I am, at the time of writing 59.4km, into my New Year’s Resolution of running 100km in January. This has been helpful for working through our stack of running watches awaiting review, with the disappointing Polar A370 accompanying for some of the journey; turn of the Garmin Vivosport.
Over the past five days, the Vivosport has been on my wrist for a whistlestop 23.4km tour of South London and has proved a dependable companion, nary getting a kilometre out of sync with its built-in GPS.
Despite being perfectly competent, though, it isn’t quite for me. Read on to find out why.
Garmin Vivosport review: Design
The Vivosport is a largely inoffensive rubber band that sits around the wrist. Ours came with a luminous yellow stripe along the underside, but you can get it all in black if you want something more discrete. A buckle keeps the band firmly in place; no easily unpopped studs to worry about here.
It’s actually quite chunky, though, sticking out a good 10.9mm from the wrist. That may not sound like much but remember the iPhone X is 7.7mm thick and reconsider that perspective. In the Vivosport’s defence it does pack quite a lot into that frame, including both heart rate tracking and built-in GPS.
What it doesn’t do with this space is provide a very big screen. Indeed, the Vivosport’s colour memory-in-pixel display is a mere 9.7mm by 19.3mm – it’s a tiny window of data on an otherwise blank band. No doubt this helps with battery life, but it certainly makes things a bit more fiddly – especially when there are no physical buttons.
As I’ve said before, that’s a terrible design choice in a fitness tracker. Touchscreens don’t work well with water, and you’re extremely likely to get fitness trackers wet, unless you don’t use them for swimming, run in the rain or perspire at all.
Garmin Vivosport review: Performance
That tiny screen and lack of buttons makes operating the Vivosport pretty awkward. You control the device with an arsenal of swipes, long-presses and double-taps on a screen only a bit bigger than the average adult’s index finger. It also means that, although the backlight switches on admirably quickly at the lightest wrist tilt, you do need to be prepared to cycle through a few screens to get live analytics on your run. Personally, that’s not something I’m a big fan of. To be fair, this is an issue with most fitness bands, but it’s exacerbated by the dinky display which manages just two stats per screen. The Vivosport’s running watch siblings – the Forerunner 30 and Vivoactive 3 – pack in three and four respectively.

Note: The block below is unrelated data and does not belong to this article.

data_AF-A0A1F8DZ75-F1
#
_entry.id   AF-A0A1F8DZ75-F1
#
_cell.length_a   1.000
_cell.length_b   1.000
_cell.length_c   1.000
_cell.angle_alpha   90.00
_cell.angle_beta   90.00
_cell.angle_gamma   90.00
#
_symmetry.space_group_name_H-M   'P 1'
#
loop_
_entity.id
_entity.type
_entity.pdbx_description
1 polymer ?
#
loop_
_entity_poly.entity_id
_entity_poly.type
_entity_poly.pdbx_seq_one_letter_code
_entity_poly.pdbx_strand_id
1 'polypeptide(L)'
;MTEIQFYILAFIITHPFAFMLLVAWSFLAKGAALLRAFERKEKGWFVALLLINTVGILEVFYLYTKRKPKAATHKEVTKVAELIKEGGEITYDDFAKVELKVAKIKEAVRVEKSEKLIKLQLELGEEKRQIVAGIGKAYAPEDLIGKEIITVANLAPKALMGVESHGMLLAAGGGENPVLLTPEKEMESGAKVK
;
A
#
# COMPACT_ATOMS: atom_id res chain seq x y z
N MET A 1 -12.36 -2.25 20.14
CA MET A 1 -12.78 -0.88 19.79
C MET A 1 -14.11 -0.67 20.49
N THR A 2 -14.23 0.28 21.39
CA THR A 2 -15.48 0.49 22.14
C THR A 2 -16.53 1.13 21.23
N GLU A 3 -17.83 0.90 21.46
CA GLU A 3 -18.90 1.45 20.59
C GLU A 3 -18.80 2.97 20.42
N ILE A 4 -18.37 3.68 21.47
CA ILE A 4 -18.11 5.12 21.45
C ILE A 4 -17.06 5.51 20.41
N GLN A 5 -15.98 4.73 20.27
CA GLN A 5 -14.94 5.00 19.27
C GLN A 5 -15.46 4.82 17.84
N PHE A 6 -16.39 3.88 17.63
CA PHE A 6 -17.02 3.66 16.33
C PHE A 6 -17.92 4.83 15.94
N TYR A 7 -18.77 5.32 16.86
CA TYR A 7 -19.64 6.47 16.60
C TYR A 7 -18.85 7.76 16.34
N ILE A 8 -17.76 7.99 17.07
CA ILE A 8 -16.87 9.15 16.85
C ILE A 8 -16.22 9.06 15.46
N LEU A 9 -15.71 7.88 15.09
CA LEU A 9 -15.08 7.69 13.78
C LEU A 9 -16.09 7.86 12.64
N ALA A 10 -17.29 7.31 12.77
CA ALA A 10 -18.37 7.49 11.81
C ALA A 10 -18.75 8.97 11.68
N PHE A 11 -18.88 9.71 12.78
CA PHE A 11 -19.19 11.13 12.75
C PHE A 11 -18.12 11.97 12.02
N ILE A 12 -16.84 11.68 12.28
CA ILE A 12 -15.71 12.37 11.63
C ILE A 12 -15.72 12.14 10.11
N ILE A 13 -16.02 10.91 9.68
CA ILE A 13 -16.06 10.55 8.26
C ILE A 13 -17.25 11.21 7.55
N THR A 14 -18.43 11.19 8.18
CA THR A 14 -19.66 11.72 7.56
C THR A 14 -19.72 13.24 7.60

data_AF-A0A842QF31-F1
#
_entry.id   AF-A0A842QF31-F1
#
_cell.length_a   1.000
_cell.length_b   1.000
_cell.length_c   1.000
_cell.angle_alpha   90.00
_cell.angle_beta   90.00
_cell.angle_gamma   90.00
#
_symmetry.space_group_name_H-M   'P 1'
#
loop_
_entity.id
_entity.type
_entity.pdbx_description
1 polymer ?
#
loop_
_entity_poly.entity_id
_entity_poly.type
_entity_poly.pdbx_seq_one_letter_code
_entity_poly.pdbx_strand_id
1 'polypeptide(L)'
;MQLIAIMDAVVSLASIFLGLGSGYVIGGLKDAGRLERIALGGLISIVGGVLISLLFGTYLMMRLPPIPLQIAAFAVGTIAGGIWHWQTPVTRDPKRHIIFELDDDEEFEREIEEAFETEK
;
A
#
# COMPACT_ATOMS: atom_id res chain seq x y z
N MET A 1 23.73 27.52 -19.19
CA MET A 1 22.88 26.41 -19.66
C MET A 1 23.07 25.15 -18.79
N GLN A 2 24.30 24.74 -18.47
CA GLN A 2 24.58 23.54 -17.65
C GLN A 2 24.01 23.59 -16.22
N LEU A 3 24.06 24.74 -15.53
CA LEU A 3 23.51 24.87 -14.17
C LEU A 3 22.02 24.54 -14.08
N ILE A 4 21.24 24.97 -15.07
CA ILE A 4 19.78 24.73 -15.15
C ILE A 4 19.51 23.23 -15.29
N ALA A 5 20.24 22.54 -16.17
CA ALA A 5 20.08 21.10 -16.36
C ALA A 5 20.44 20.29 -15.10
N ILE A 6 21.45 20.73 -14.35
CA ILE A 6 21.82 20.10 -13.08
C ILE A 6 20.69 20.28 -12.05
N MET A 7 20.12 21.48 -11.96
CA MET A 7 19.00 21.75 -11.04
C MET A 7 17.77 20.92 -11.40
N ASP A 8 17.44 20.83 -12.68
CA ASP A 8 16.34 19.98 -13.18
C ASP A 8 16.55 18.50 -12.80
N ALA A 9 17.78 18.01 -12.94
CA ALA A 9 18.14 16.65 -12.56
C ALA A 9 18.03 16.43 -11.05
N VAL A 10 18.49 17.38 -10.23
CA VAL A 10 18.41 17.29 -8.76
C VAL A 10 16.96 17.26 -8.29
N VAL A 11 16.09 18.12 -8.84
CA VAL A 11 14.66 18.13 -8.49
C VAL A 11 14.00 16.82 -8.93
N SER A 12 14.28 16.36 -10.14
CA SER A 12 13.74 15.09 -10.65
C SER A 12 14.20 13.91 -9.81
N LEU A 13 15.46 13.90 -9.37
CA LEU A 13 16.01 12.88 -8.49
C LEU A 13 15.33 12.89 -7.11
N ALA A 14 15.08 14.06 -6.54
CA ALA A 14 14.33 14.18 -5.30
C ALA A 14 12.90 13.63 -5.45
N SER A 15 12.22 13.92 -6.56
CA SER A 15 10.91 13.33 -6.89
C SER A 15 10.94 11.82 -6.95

Still, if you don’t really care about live stats when running and just like a summary when it’s done this does the job nicely and both the heart rate tracking and GPS seem spot on, which is a banana skin many fitness trackers slip on. Like other Garmin products, it syncs with the Connect smartphone app in startlingly quick time and provides a ridiculous number of stats for running nerds to pour over, encompassing pace, speed, timing, heart rate, cadence, stride length, elevation and calories. The band can also estimate VO2 max, to give you your “fitness age”.
Which is nice, but then the Garmin Forerunner 30 does all of this and it’s £40 cheaper. True, this is more discrete but it’s still not exactly high fashion. And in terms of additional features, the Vivosport’s main party trick is to measure your stress level via heart rate variability. “The goal is to make you aware when physical or emotional sources cause your stress level to rise so you can find a way to relieve the pressure,” the Garmin site gushes. Well, okay, but if you don’t know you’re stressed, is it really a problem? Some people will doubtless say yes, but to me this feels like a feature added to justify a new model.